The NFPA offers the most recent previous version of their standard as a free download from their website.  The NFPA 1600 standard is quite detailed and can be initially overwhelming but really should be referenced piecemeal.  The free EMAP standards are published in a bit less detail, but they provide a very detailed assessment tool for those who initiate the formal accreditation process.  Because neither standard references specific laws or FEMA documents, they are also great references for governments, private sector, and not-for-profits outside the US.

How should you review the standards? 

They both essentially serve as checklists for what is programmatically needed for successful emergency management programs.  They are both organized by functions, such as planning, training, exercises, and logistics allowing a program to see what activities within each area are needed.  Neither standard will tell you how to meet any particular section of their standard, as they don’t want to be seen as favoring any particular published processes or products and want to encourage innovation and resourcefulness.  This also lends itself well to either/both standards being applicable and achievable by large and small organizations alike.

Examining your own emergency management program through the lens of either of these standards provides a great opportunity to see where you stand.  Examine your functions piece by piece, function by function.  Check off what areas you feel meet the standards and highlight those which you feel do not.  Use these areas as a point of reference for improvements.  Conduct a bit of a needs assessment in these areas to identify exactly what needs to be done to improve and meet the standard then create an improvement plan to make it happen.

Having helped organizations with both NFPA 1600 compliance as well as EMAP accreditation, I’ll attest that much of it simply comes down to paperwork and good systems management.  Many of the standards can be addressed through creating and applying polices and solid practices and procedures.  Organized and thorough record keeping is very important for these matters.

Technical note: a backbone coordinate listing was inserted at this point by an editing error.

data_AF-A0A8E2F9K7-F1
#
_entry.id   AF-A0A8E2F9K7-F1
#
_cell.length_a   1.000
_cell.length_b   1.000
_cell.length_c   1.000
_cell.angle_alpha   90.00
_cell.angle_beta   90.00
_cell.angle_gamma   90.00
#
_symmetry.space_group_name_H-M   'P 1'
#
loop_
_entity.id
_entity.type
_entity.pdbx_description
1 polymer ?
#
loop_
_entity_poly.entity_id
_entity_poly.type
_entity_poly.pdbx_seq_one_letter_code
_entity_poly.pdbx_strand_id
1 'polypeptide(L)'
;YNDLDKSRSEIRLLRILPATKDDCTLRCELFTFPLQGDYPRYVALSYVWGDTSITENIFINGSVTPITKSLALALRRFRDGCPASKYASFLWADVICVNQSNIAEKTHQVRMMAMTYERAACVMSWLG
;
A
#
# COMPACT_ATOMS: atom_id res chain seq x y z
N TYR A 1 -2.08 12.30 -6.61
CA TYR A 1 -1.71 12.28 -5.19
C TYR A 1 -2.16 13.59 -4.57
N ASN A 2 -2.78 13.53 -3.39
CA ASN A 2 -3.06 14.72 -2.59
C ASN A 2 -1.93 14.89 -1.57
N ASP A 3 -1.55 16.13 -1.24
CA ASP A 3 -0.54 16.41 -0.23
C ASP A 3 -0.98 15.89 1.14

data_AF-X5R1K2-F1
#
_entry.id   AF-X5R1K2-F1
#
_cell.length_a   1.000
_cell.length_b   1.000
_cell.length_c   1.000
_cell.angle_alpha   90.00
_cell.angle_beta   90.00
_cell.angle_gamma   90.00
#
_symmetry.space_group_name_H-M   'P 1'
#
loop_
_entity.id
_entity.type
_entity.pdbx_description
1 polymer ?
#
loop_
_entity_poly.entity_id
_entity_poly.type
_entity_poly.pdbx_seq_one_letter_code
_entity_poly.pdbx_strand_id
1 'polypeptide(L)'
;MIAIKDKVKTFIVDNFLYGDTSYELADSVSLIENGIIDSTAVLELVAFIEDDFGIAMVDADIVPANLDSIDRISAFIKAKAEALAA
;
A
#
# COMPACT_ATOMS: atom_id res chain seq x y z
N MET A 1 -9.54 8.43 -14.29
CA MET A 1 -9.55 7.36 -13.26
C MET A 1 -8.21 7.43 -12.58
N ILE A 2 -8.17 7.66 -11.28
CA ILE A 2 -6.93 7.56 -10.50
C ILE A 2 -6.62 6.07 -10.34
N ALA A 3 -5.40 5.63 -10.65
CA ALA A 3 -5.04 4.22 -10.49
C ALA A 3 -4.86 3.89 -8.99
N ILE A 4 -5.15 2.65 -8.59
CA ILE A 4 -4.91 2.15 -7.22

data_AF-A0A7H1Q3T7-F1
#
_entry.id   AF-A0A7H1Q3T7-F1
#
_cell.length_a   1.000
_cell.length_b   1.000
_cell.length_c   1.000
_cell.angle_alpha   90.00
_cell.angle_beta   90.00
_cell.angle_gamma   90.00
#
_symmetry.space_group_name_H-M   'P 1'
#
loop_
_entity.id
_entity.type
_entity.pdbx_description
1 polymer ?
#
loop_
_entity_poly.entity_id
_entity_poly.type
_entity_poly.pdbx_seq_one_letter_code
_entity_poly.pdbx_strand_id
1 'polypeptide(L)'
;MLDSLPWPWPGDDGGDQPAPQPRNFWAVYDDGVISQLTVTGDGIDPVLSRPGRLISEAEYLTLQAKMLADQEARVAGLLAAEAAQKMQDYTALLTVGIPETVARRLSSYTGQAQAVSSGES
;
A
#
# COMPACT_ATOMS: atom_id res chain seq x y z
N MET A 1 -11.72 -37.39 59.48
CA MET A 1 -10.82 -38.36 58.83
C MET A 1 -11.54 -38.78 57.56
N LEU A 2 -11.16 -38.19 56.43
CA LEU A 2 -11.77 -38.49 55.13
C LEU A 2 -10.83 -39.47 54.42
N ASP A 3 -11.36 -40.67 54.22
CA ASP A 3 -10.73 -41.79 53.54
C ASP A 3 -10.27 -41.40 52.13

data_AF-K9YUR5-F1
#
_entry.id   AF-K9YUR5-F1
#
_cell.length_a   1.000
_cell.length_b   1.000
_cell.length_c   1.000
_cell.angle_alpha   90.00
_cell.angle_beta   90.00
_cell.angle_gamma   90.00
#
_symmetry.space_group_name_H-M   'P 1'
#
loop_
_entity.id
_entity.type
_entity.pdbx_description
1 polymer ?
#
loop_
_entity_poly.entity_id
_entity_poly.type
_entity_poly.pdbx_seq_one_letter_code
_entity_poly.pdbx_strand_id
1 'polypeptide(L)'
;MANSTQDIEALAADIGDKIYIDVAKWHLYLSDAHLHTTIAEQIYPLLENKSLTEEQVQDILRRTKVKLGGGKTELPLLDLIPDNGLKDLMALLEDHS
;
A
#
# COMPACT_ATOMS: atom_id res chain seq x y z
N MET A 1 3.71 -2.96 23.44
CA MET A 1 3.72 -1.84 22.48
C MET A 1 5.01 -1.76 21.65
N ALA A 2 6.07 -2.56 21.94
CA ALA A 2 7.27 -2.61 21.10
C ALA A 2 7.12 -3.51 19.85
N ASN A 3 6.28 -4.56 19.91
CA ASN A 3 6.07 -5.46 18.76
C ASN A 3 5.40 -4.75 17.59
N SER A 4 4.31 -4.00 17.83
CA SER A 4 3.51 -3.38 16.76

What if you don’t have a specific emergency management function or certain activities are conducted by someone else?

Of course you probably should have a specific emergency management function within your community, company, or organization; but many do not.  Needs are often met in these circumstances through an amalgamation of functions found throughout the rest of the jurisdiction, company, or organization.  Hopefully you at least have an emergency management committee (or one which can serve this purpose such as a safety committee) which has representation from these various entities.  Such a committee is an ideal group to review these standards.  An emergency management program isn’t necessarily a specific agency or office; it’s really the entire system.  These standards should be examined through the entire jurisdiction, company, or organization as responsibilities and functions may be spread around.

What advantages do these standards offer for emergency management programs?

There is certainly a piece of mind knowing that your program meets these standards which are based upon industry best practices, even more so if you took advantage of EMAP’s accreditation.  These standards also provide documented justification for grants, budget allocations, resources, and activities which will contribute to a thriving emergency management program.  Overall, however, you will find that your program will be more professional and more responsive to the emergency and disaster needs of your constituency – be it a community, company, or organization.

Meeting these standards is an investment, but mostly of time and effort.  Sure, there are ways you can meet certain standards better by purchasing some cutting edge software or hiring six more people, but these standards are not intended to serve only the most fortunate and affluent emergency management programs.  A program run by a part time emergency manager with minimal funding can still successfully meet these standards.

Maintaining compliance with these standards is important and is an ongoing effort – it’s quite easy to fall off the carnival ride, especially when distracted by our daily routines and changing priorities.  Set a schedule to conduct an annual review of the standards, incorporate your compliance efforts into strategic plans, and regularly refer back to the standards to keep them fresh in your head.

Of course help is available!  Emergency Preparedness Solutions can help your jurisdiction, company, or not-for-profit conduct a Standards Assessment to determine what standards are met, what standards need to be met, and develop a strategic plan to meet these standards.  Through our full range of preparedness services we can also help you meet these standards and develop a maintenance plan for your program.

If you have questions please contact me at

Have a wonderful, safe, and productive New Year!

@ 2014 – Timothy Riecker